Political Parties Can Pay Candidates A Salary

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If political parties want, they can pay a monthly salary to their presidential candidates and also charge the expense to the Tribunal Supremo de Elecciones (TSE) – elections tribubal – as organizational expense and training.

That is the word from TSE’s Hector Fernandez, explaining that if a political party decides, it can set a monthly salary for their candidate, but keeping transparent the origin of the funds used to make the payment.

Today, no presidential candidate receives a salary for representing their party. In fact,  each candidate confronts not only having to finance their own way to the presidential chair, but also face economic losses of salary they gave up to enter the election arena.

The discussion on salaries was tabled by presidential candidate Dr. Rodolfo Hernandez of the Partido Unidad Social Cristiana (PUSC), who told the press that his campaign is being funded by his daughters and wife, who are supporting his presidential bid.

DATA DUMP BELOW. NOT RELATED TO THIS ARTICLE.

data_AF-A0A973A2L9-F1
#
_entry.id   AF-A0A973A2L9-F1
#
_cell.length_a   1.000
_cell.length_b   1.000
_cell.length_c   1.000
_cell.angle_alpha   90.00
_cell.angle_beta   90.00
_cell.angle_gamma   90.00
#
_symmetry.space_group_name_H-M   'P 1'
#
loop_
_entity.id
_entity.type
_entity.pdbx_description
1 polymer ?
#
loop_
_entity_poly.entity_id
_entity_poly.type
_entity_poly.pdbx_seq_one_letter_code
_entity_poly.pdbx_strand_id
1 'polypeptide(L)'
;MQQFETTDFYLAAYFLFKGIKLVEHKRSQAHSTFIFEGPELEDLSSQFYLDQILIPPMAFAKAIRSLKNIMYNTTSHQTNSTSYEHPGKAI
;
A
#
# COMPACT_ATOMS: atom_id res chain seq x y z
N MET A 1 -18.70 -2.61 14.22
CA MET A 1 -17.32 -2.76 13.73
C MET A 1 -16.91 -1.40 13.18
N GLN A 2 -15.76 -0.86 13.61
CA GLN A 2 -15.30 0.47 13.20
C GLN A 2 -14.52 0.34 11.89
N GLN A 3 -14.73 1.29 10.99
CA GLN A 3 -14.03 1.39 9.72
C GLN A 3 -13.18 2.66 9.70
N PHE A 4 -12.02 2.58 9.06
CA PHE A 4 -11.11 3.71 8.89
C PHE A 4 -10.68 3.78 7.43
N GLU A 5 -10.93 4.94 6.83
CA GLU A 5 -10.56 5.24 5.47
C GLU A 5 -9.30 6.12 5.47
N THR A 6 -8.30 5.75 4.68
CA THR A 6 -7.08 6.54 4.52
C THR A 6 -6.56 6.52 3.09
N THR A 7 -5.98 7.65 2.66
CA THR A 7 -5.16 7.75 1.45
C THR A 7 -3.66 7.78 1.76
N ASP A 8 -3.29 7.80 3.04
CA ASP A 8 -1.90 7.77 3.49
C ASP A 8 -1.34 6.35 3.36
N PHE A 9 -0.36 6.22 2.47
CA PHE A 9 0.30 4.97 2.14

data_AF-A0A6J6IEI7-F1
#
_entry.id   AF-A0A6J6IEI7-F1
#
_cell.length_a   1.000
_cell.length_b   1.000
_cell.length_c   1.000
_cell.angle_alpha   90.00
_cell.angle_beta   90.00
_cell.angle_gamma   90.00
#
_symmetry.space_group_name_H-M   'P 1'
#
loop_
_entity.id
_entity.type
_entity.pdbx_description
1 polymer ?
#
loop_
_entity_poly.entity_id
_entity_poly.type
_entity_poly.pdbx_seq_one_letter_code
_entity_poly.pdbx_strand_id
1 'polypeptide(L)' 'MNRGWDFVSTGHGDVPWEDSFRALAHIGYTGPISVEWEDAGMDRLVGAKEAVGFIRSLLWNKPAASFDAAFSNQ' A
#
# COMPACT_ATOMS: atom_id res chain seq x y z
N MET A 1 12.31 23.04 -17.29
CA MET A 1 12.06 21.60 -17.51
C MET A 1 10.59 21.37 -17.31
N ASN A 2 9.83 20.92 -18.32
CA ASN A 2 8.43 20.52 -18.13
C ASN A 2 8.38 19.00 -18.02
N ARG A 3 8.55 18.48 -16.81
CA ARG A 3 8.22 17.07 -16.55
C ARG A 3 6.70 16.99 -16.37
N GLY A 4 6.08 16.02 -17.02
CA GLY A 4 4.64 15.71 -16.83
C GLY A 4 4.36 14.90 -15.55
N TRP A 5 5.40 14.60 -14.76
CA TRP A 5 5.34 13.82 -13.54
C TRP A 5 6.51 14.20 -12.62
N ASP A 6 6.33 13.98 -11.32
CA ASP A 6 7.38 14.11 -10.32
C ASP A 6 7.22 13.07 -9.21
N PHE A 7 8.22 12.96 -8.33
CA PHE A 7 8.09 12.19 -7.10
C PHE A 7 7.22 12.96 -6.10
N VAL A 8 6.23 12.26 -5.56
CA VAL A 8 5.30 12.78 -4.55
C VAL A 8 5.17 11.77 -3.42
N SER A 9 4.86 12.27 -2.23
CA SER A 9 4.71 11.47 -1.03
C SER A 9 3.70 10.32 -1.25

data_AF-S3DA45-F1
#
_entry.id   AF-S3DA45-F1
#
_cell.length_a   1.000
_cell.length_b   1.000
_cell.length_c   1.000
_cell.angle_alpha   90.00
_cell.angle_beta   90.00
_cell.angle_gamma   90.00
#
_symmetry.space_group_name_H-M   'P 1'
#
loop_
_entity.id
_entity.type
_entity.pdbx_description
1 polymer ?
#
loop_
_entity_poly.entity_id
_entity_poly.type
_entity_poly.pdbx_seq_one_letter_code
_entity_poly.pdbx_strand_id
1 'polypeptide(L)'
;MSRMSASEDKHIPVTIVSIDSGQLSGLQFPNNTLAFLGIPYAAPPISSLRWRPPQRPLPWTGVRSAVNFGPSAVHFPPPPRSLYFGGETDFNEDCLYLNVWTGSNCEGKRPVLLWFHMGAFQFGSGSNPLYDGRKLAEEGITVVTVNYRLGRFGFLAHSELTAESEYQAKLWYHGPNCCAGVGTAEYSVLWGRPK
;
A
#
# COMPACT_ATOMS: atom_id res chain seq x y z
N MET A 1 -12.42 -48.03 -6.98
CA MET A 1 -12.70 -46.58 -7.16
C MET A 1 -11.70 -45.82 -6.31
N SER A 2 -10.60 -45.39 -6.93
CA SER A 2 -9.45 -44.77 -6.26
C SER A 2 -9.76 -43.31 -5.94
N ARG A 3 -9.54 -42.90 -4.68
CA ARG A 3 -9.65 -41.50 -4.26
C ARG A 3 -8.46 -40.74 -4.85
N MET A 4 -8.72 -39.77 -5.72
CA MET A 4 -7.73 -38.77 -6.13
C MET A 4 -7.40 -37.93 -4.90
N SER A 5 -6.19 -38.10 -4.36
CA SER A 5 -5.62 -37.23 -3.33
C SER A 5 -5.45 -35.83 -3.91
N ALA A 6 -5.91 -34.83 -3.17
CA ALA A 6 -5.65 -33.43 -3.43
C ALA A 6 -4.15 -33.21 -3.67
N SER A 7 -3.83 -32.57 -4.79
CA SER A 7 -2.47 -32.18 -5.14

Johnny Araya, presidential candidate for the Partido Liberación Nacional (PLN) recently gave up his salary as San José mayor, when he resigned to officially run for president. Neither José María Villalta, of the Frente Amplio, nor Justo Orozco, of the Costa Rican Renovation,  nor the candidate (not yet named) for the Libertarian Movement receive a salary.

Weighing in his “grano de arena” (Spanish for his two cents worth) is former president Oscar Arias, who on his facebook page calls presidential candidates disuscussing salary as political “newbies”.

“I personally do not agree with this (the payment of salary), because anyone who has this kind of aspiration has to know that this fight will represent economic, personal and family sacrifices and must be willing to take … promoting a paycheck to those who hold political office while on campaign undermines the principle that politics is a service and that public office involves many sacrifices …”, writes Don Oscar.

In the case of Dr. Hernández, he has asked for a leave of absence without pay from director of the Hospital Nacional de Niños (Children’s hospital) to take part in the political campaign. Unlike, Araya and others, Dr. Hernández has a well paid job to return to if he not elected president next February.